How to Protect Your House and Its Contents from Lightning

This IEEE Guide for Surge Protection of Equipment Connected to AC Power and Communication Circuits.


  • Richard L. Cohen
  • Doug Dorr
  • James Funke
  • Chuck Jensen
  • S. Frank Waterer

Surge protection has become a much more complex and important issue in recent years due to the increased value of electronic equipment in typical residence. Electronic equipment are vulnerable to surges produced by lightning. The traditional approach of AC protection is inadequate to protect most of the equipment in a typical residence.

This guide is intended:
1. To make more widely known the approaches required to protect modern electrical and electronic equipment in houses.
2. To provide useful information about the proper specification and application of surge protectors, to protect houses and their contents from lightning and other electrical surges.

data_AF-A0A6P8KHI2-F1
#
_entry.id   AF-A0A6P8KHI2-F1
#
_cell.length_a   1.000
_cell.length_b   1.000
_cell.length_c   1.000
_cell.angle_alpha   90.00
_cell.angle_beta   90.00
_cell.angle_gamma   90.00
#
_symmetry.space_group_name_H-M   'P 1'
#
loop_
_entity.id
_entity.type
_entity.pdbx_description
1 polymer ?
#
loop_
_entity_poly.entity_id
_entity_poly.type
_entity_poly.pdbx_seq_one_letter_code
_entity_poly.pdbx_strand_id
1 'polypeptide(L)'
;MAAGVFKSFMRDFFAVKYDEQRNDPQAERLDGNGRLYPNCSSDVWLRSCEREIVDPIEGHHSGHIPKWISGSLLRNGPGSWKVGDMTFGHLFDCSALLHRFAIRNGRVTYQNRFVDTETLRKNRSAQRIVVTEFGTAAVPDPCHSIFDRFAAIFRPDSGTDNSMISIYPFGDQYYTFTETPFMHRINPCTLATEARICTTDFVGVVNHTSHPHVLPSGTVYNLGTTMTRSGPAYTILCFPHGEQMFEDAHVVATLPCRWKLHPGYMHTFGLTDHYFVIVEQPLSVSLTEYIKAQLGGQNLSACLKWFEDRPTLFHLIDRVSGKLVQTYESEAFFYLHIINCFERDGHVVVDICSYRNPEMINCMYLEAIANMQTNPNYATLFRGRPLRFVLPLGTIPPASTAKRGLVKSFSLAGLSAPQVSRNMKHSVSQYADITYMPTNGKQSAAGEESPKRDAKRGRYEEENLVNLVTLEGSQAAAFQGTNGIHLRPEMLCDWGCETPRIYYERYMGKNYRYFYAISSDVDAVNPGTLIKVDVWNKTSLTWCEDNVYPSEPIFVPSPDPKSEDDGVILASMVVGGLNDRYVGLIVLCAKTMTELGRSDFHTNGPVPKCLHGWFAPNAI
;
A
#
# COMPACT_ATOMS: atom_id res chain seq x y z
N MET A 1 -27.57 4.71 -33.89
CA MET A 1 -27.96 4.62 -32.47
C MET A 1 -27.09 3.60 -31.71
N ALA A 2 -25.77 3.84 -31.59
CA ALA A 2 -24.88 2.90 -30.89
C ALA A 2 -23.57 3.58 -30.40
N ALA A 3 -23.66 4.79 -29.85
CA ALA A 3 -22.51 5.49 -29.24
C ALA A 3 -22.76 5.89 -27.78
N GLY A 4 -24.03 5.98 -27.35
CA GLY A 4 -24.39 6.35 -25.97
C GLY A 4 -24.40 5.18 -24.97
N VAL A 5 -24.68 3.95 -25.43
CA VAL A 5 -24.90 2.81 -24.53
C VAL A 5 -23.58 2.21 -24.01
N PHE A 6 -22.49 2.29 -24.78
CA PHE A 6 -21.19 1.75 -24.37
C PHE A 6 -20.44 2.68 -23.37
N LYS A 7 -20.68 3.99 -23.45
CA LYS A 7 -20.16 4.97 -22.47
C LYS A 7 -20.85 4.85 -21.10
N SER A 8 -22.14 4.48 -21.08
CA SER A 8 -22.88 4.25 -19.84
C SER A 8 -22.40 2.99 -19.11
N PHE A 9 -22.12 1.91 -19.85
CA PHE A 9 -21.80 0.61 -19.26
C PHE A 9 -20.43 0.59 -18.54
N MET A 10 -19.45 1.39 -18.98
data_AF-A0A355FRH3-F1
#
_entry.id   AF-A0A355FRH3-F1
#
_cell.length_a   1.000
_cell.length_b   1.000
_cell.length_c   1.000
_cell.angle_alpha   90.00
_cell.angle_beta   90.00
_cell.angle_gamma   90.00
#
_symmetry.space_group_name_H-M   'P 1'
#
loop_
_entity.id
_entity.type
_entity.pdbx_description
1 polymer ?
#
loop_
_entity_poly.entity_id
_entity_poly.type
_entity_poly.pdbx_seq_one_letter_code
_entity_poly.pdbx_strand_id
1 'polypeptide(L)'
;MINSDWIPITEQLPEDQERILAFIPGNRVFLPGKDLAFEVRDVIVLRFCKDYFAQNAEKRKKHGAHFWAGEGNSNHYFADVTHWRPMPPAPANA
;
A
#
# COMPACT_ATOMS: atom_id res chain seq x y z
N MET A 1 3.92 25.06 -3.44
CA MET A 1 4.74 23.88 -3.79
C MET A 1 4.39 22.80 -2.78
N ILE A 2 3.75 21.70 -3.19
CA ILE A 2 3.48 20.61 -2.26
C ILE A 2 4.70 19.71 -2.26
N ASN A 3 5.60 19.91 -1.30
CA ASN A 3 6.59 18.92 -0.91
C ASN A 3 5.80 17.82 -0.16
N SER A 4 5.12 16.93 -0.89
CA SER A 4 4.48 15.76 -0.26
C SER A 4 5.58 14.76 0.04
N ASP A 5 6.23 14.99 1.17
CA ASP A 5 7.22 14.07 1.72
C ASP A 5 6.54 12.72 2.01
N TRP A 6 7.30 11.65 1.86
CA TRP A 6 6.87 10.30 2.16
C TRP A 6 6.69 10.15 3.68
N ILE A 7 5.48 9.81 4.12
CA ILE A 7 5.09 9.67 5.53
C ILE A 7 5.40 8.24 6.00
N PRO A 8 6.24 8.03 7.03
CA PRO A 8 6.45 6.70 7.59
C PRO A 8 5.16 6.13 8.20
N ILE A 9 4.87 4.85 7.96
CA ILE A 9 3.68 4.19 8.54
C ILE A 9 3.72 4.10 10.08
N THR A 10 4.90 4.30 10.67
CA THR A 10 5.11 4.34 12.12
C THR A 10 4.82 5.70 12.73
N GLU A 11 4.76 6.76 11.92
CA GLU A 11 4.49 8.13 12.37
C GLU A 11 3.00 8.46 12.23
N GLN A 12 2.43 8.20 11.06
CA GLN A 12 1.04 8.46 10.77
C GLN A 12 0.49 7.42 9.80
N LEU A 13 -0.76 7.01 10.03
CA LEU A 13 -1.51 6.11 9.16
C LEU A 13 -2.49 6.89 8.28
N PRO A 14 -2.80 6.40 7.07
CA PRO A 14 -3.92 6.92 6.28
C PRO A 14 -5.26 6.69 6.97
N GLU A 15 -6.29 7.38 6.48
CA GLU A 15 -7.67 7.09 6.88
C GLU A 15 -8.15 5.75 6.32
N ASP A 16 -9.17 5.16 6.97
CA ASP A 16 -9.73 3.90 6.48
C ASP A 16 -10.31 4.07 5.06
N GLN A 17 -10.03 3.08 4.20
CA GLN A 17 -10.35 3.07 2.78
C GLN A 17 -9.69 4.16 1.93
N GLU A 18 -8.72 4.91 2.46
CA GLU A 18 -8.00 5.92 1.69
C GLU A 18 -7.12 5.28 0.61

3. For electricians, electronics technicians and engineers, electrical inspectors, building designers, and others with some technical background, and the need to understand lightning protection.
4. To help provide a systematic understanding of what the various parts of a protection system do.

This guide describes the roles of the different elements of protection systems—air terminals (lightning rods), the grounding system, bonding, and building service entrance and point-of-use surge protectors, and the way these elements work together to protect equipment inside a residential building.

The later sections of this Guide provide more detailed information on the selection and installation of surge protectors than is provided in the NEC and NFPA 780.

The authors of this guide are experts in lightning and surge protection in chaired working groups in this area both in IEEE and IEC.